The third component is the management of inherent complexity for improving the adoption of more sustainable infrastructure. Complexity results from the millions of decisions and interactions of diverse adaptive entities (i.e., citizens, firms, developers, and governments). These decisions and interactions drive the dynamic and evolving interdependence between the urban physical infrastructure and the socioeconomic environment through which it operates. This interdependence leads to the emergence of, among other things, specific land use arrangements, quality of life issues, and carbon footprints. To manage this complexity, we develop a better understanding of people’s preferences and demands for more sustainable infrastructure designs. The tools include big data analytic analysis of social media, crowdsourcing based surveys for preference analysis and choice modeling. If we provide a suitable combination of more sustainable features and develop suitable policies to meet their preferences, we have shown that combining technologies increases citizen’s adoption of more sustainable infrastructures. For example, we developed an agent based model that predicts the adoption of LID, and its impact of tax revenue, adoption rate and water use, as a result of several policies. Complexity management also includes novel sustainability and resilience metrics development and application to support decision markings. For example, we have examined the impacts of fractal connectivity of metropolitan area road networks on the urban built environment and found that a high fractal dimension leads to a small-world connectivity. The small-world connectivity leads to sprawl and this increases energy consumption for personal transport. We also developed an approach to include both resilience and sustainability in the design of urban infrastructure. In a sense, we developed a benefit cost analysis not in terms of dollars but in terms of sustainability metrics to identify optimum Sustainability and Resilience Zone.
Prof. John C. Crittenden is the director of the Brook Byers Institute for Sustainable Systems and a professor in the School of Civil and Environmental Engineering at the Georgia Institute of Technology. He holds the Hightower Chair and is a Georgia Research Alliance Eminent Scholar in Environmental Technologies. Prof. Crittenden received his Bachelor’s in Chemical Engineering and his Master’s and Ph.D. in Civil Engineering from the University of Michigan. Prof. Crittenden was elected to the National Academy of Engineering in 2002 and the Chinese Academy of Engineering in 2013. He is the co-holder of five patents and the primary author of the text book, Water Treatment: Principles and Design, now in its third edition. He is the author more than 200 articles in refereed journal articles, more than 100 book chapters, reports, and symposia and has more than 13,000 citations.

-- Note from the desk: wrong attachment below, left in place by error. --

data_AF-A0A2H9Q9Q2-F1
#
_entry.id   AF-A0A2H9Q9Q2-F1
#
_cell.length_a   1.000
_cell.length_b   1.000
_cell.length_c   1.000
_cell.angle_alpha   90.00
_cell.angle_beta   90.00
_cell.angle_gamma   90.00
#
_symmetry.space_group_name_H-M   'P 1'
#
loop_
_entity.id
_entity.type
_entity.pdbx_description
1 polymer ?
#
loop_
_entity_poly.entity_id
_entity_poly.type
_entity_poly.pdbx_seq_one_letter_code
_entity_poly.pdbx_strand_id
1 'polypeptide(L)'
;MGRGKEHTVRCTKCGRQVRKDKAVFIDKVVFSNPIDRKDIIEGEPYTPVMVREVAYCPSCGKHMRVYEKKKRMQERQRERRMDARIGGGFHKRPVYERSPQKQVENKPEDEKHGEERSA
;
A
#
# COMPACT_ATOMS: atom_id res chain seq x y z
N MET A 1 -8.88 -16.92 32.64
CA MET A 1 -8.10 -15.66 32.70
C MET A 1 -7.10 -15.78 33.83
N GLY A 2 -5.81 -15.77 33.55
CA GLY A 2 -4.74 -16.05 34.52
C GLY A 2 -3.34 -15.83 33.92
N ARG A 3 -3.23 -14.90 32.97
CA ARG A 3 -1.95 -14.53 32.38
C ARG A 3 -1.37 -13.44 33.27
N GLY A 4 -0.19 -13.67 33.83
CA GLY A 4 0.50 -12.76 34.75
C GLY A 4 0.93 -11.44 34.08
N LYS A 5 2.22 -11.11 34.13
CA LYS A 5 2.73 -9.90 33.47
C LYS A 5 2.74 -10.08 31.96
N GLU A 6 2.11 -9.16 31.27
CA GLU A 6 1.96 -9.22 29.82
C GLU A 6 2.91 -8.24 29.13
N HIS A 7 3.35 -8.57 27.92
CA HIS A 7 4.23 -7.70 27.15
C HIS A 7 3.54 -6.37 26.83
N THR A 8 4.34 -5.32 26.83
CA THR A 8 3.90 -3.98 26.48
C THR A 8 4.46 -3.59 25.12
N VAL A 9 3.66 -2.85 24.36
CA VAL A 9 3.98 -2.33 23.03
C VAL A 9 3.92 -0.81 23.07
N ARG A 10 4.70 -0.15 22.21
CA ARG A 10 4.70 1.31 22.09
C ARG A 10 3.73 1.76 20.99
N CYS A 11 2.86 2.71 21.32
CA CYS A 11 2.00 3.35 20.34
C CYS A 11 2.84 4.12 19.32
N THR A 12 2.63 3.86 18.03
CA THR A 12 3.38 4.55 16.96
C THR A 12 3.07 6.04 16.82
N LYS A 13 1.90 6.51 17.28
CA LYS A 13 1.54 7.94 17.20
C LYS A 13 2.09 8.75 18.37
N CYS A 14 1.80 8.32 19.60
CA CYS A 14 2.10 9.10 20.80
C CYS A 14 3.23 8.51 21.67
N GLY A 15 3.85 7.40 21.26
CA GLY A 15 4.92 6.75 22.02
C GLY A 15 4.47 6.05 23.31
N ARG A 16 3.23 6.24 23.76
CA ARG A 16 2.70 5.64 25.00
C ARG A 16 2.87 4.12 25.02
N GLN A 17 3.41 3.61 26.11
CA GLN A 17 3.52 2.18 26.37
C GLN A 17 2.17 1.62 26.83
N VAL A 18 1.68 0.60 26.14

Prof. Crittenden’s current research focus is on sustainable urban infrastructure systems. His colleagues and he are conducting research on alternative energy technologies, sustainable materials, advanced modeling of urban systems, sustainable engineering pedagogy, and urban form and policy. He also conducts research in various water treatment technologies (e.g., membrane technology, advanced oxidation processes, photocatalytic oxidation, adsorption, etc.) and energy harvesting technologies (photocatalytic water splitting and aqueous phase reforming of biomass).
About Elizabeth D. Rockwell
A fourth generation Houstonian, Mrs. Rockwell was an Executive Director, Private Client Division of CIBC Oppenheimer Corp. She was widely recognized as an expert in retirement, estate, investment, and tax planning. She was an early proponent of the Keogh and IRA plans, for which she has been nationally recognized.
In 1991, she qualified to be a member of the Million Dollar Round Table as well as the Texas Leaders Round Table. Since 1990 she had authored a monthly column for the Houston Chronicle.
Mrs. Rockwell served as President of the UH College of Business Administration Foundation Board, as a member of the Dean’s Advisory Board, and was an Executive Professor for the college. She also served as a member of the advisory board of the Health Law and Policy Institute and as a Trustee of the University of Houston System’s Foundation, as well as a member of the UH System’s Planned Giving Council.
Mrs. Rockwell served on the Board of Governors for the Houston Forum, and as a Board member of the American Red Cross, the Greater Houston Women’s Foundation, the University of Houston Alumni Organization, and the Greater Houston Preservation Alliance. She was a member of the River Oaks Business Women’s Exchange Club, the National Tax Sheltered Annuity Association, the Texas Association of College Teachers, and the Houston Association of Life Underwriters.
Among her numerous honors, she has received an Honorary Doctorate of Humane Letters from the University of Houston, the Distinguished Alumna Award from the Houston Alumni Organization and from the UH College of Business Administration. Throughout the years she has been recognized for her many achievements by the Education Foundation of Harris County, the Houston Community College System’s Television Station Advisory Council, and the Houston Mayor’s READ Commission.
The Houston Alumni Center is home to the Elizabeth D. Rockwell President’s Suite. In September 1997, the Elizabeth D. Rockwell Career Services Center was opened in the UH College of Business Administration. She endowed the Chair for the Dean of the M.D. Anderson Library.
Mrs. Rockwell was listed in the Who’s Who in the South and Southwest; Who’s Who in finance and Industry; Who’s Who of American Women; and Who’s Who in the World.